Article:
alcohol use

Predictive Psychological Factors of Problematic Alcohol use in University Students

Published on: 30th December, 2017

OCLC Number/Unique Identifier: 7317646409

The objective of this study is to determine prevalence of alcohol-substance use among university students, and to investigate the correlation between the childhood abuse, suicide probability and anger expression styles in students who have drinking problems. A survey was carried out among randomly selected students from the Faculty of Education in Baskent University in Turkey. Study sample consists of 399 university students. Childhood Trauma Questionnaire (CTQ), Trait Anger and Anger Expressions Scales (T-Anger-Anger EX), and Suicide Probability Scale (SPS) were used. The CAGE questionnaire was applied to identify the problems of alcohol use. Probable presence of an alcohol use disorder is indicated by a score of 1+, whereas a score of 2+ was taken as the cut-off point for assessing presence of clinically significant alcohol use problems. Data were analyzed using with t test and multiple binary logistic regression. Of the whole sample 36.9% reported that they had ever tried drinking alcohol. The overall prevalence of alcohol use problems according to CAGE 1+ was 14.4% and CAGE 2+ was 7.3%. Sexual abuse and Anger-In were predictors of CAGE 1+, suicide probability was predictor of CAGE2+. Childhood trauma experiences especially, sexual abuse, suicide probability, trait anger, the anger expressed inside and outside were main factors to identify alcohol use problems. Professionals and parents must pay attention to childhood traumatic experiences, suicide and anger expression styles in youths with alcohol use problems.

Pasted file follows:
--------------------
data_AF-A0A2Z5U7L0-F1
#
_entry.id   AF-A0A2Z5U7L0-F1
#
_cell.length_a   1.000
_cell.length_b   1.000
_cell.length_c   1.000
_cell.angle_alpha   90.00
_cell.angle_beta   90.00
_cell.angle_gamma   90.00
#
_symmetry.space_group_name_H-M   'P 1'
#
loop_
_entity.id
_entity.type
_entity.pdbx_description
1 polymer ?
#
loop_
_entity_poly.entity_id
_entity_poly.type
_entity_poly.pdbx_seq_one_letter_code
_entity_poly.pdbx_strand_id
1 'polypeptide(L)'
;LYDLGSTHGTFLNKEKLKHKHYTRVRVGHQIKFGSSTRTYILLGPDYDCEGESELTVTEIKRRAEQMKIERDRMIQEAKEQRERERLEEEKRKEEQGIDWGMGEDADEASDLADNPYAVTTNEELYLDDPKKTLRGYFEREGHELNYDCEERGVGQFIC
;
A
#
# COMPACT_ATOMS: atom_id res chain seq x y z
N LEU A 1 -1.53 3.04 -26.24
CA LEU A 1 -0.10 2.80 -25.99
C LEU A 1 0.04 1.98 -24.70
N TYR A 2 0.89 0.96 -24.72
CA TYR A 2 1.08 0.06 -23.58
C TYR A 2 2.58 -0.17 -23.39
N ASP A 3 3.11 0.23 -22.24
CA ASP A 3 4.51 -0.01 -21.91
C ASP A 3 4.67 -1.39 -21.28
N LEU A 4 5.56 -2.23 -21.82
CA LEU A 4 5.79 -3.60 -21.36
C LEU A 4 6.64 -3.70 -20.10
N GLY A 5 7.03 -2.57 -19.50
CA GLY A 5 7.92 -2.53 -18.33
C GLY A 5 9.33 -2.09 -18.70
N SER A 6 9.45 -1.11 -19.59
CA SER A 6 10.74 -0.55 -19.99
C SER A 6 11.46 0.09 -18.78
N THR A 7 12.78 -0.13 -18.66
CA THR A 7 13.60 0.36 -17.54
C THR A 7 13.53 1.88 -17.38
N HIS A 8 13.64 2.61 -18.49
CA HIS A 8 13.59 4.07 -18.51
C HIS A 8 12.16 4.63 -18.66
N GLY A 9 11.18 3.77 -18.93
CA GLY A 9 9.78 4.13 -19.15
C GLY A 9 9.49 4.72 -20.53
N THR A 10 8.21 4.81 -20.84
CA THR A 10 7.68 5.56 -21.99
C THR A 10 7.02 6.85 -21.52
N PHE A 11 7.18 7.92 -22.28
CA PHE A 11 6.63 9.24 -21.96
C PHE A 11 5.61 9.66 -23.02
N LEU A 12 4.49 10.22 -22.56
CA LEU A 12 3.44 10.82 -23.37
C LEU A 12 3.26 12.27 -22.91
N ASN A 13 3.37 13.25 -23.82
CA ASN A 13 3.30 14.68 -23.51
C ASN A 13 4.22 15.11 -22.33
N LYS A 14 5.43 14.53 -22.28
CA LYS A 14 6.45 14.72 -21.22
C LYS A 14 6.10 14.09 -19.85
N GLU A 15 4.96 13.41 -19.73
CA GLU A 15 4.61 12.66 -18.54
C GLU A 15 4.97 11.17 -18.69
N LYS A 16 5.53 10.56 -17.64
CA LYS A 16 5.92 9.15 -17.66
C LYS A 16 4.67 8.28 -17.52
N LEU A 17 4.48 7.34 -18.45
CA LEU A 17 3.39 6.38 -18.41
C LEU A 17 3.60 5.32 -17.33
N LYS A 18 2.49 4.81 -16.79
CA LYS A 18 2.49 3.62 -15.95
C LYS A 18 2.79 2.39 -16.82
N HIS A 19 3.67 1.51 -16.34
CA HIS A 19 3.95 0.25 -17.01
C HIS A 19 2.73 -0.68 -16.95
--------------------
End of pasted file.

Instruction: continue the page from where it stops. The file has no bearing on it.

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Adverse childhood experiences and their Alcohol, and chat Consumption among school-going adolescents, Ethiopia: Cross-sectional study

Published on: 5th November, 2020

OCLC Number/Unique Identifier: 8698222388

Background: Alcohol and chat use during adolescence is associated with academic and health problems, including abuse or dependence in adulthood. The aim of the present study was to investigate associations between adverse childhood experiences (ACEs) and early initiation of alcohol and chat use among school-going adolescents. Methods: A cross-sectional study was performed with 546 school-going adolescents. The ACE International Questionnaire (ACE-IQ) was used to assess ACEs, Alcohol and chat use was assessed by questions prepared by the authors. Multiple logistic regression models were used to examine the associations between overall ACE score and alcohol use and the potential moderating effects of confounders. Results: prevalence of chat chewing behavior was 26.6% followed by alcohol use 20%. A total of 66.2% of participants reported at least one ACE, and 5.93% reported four or more ACEs. High/Multiple ACEs (ACEs=1-3 and above 3) were significantly associated with increased alcohol use behaviors (AOR=1.491(1.072-3.078) and (AOR=3.171(1.330-7.560) respectively and increased chat use behaviors by 4.92 times (AOR=4.92, 95%CI=2.640-8.432) and 11.022 times (AOR=11.022, 95%CI=1.230-25.560) respectively controlling other factors. Conclusion: ACEs were significantly associated with risk behaviors, alcohol and chat use may lead to poor health, and educational outcomes among adolescent students and numbers of ACEs have graded association. Social support, sex, residence, parent educational status, and current level of depressive symptoms were significant modulating factors, which parents, school teachers, psychologists, and adolescent health care providers should give the concern to decrease the effect on school-going adolescents.